Textbooks Don’t Have to Break the Bank

It’s bad enough that tuition costs are going through the roof, but to add insult to injury, textbook prices for college students are as high as ever. The good news is there are ways you can arrange to save money on textbooks as you prepare to enter the spring semester.

The key is thinking outside the campus bookstore box, where often your only option is to buy your books used to shave off some of the cost. Savvy students can go online and use a reputable textbook comparison website to find the best prices possible. Sites like AllBookStores.com and BigWords.com are popular go-to hotspots for typing in the title of a textbook and finding the lowest possible price. You can save a little or a lot by opting to search for your books online. Even a simple book search on Amazon.com could turn up prices lower than you’ll find in the student book store, particularly if you are willing to buy used.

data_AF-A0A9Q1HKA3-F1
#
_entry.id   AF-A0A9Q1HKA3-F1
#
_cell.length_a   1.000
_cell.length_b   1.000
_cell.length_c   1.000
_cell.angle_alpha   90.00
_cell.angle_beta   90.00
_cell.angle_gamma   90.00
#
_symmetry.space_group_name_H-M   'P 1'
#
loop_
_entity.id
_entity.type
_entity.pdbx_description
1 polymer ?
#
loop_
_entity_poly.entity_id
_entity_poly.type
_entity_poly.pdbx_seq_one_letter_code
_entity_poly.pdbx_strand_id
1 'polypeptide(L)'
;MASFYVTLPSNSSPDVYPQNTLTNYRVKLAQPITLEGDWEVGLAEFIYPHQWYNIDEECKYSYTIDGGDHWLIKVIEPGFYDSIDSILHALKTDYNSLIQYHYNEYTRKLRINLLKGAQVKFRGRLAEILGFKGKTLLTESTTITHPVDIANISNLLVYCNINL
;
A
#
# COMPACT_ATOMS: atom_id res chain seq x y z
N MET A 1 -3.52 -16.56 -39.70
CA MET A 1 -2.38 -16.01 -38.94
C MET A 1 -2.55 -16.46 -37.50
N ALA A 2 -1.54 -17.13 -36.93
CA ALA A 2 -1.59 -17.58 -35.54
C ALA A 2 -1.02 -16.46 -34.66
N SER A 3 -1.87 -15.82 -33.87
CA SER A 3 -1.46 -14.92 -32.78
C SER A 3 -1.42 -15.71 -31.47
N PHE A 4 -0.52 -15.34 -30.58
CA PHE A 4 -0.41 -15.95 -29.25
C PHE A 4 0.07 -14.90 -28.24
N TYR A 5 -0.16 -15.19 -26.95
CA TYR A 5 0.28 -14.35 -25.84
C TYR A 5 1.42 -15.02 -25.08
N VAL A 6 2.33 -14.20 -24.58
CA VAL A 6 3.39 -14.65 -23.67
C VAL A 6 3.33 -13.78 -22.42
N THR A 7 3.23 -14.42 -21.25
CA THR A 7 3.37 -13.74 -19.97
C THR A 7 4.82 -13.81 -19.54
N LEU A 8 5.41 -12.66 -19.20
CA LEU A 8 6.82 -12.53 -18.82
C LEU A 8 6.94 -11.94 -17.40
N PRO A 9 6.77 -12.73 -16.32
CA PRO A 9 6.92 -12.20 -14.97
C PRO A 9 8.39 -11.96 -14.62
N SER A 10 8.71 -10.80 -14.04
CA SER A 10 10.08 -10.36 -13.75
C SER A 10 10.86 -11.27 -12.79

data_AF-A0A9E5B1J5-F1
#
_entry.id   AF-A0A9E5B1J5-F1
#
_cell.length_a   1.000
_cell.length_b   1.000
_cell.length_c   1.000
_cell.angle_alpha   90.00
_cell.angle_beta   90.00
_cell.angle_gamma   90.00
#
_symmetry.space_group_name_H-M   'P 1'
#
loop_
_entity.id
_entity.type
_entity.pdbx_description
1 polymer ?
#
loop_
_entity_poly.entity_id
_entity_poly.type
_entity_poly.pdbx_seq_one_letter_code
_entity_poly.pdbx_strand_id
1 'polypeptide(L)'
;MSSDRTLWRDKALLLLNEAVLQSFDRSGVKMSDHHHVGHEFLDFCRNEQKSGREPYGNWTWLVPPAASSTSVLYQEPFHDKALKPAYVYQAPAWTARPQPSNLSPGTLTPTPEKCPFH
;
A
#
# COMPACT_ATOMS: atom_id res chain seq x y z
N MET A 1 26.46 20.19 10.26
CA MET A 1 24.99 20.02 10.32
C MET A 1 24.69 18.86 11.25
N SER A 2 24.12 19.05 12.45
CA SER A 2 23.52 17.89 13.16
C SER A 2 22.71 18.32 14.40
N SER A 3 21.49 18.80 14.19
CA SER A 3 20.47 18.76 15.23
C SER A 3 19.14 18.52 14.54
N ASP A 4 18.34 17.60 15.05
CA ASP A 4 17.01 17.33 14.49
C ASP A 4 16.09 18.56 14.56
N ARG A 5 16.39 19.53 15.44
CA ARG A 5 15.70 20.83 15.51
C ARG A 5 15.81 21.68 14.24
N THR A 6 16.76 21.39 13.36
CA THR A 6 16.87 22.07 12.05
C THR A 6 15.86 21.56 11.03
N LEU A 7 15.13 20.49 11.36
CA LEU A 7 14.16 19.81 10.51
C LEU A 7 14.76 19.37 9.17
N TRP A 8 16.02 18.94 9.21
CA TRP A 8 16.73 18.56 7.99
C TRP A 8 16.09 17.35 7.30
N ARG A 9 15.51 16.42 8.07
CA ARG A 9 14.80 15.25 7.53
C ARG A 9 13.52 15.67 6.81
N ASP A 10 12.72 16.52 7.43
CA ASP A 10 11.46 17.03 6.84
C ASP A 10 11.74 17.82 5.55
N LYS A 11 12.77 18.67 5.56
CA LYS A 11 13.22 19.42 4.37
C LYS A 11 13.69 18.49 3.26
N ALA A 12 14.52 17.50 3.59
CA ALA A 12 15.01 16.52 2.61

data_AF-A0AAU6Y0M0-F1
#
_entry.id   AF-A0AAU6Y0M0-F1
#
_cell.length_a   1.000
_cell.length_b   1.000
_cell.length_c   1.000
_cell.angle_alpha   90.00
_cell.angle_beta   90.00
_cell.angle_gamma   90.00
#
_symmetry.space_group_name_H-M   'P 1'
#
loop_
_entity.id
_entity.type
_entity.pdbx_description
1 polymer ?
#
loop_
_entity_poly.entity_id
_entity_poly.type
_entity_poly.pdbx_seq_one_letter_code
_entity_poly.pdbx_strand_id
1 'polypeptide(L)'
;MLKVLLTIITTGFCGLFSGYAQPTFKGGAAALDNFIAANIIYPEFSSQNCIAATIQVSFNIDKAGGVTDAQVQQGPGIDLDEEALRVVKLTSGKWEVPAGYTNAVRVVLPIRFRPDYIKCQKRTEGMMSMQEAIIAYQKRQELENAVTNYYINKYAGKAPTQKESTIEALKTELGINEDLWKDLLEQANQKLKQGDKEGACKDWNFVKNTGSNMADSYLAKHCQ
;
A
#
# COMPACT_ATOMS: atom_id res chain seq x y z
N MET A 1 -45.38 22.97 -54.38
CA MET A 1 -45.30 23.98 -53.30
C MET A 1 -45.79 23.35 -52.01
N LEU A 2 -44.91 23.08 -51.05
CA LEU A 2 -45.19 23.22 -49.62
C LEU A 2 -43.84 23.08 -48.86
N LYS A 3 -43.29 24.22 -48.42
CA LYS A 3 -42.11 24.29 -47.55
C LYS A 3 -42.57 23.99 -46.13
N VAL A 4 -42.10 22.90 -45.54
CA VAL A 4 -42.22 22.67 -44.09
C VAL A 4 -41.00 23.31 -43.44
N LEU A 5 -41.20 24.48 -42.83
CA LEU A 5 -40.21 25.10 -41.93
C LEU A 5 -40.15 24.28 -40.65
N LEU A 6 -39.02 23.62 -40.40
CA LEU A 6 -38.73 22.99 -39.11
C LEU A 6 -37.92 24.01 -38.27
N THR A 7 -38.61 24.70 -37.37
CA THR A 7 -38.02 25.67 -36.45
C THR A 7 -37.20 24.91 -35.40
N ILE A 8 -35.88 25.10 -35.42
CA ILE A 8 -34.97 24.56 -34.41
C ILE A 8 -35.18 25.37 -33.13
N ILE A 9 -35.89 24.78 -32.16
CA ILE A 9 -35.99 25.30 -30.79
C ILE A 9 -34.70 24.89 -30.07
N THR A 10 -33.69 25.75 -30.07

Buying books online has its drawbacks, however, as doing so might put you in a pinch. Sometimes the seller takes longer than expected to ship you the book and you might end up starting classes before your books arrive in the mail. To avoid this risk, many students opt to rent their textbooks from their campus bookstores. Textbook rental options are popping up on college campuses across the nation and can help you pay a third to a half of the cost of a new textbook, as long as you don’t mind a few dog-eared pages, highlights and doodles in the margins.

If your college bookstores don’t have rental options, you can always visit online textbook rental resources. Two popular rental sites are Chegg.com and BookRenter.com. These options will often turn up in textbook comparison site listings as well.

Another thing you can do to save money on textbooks is share your book with someone from your class. Two students in a class can split the cost of the book, then pass the book back and forth, taking turns studying from it. As long as your classmate is reliable, this money-saving method works very well. You might get in a pinch in an open book test, though.

Finally, try checking out your textbook from your university’s library. Most campus libraries at least stock a few of the most popular textbooks, and if your library doesn’t carry it, try using an interlibrary loan program to get your textbook sent to you from another library. It’s worth a shot and can keep your textbook costs low.

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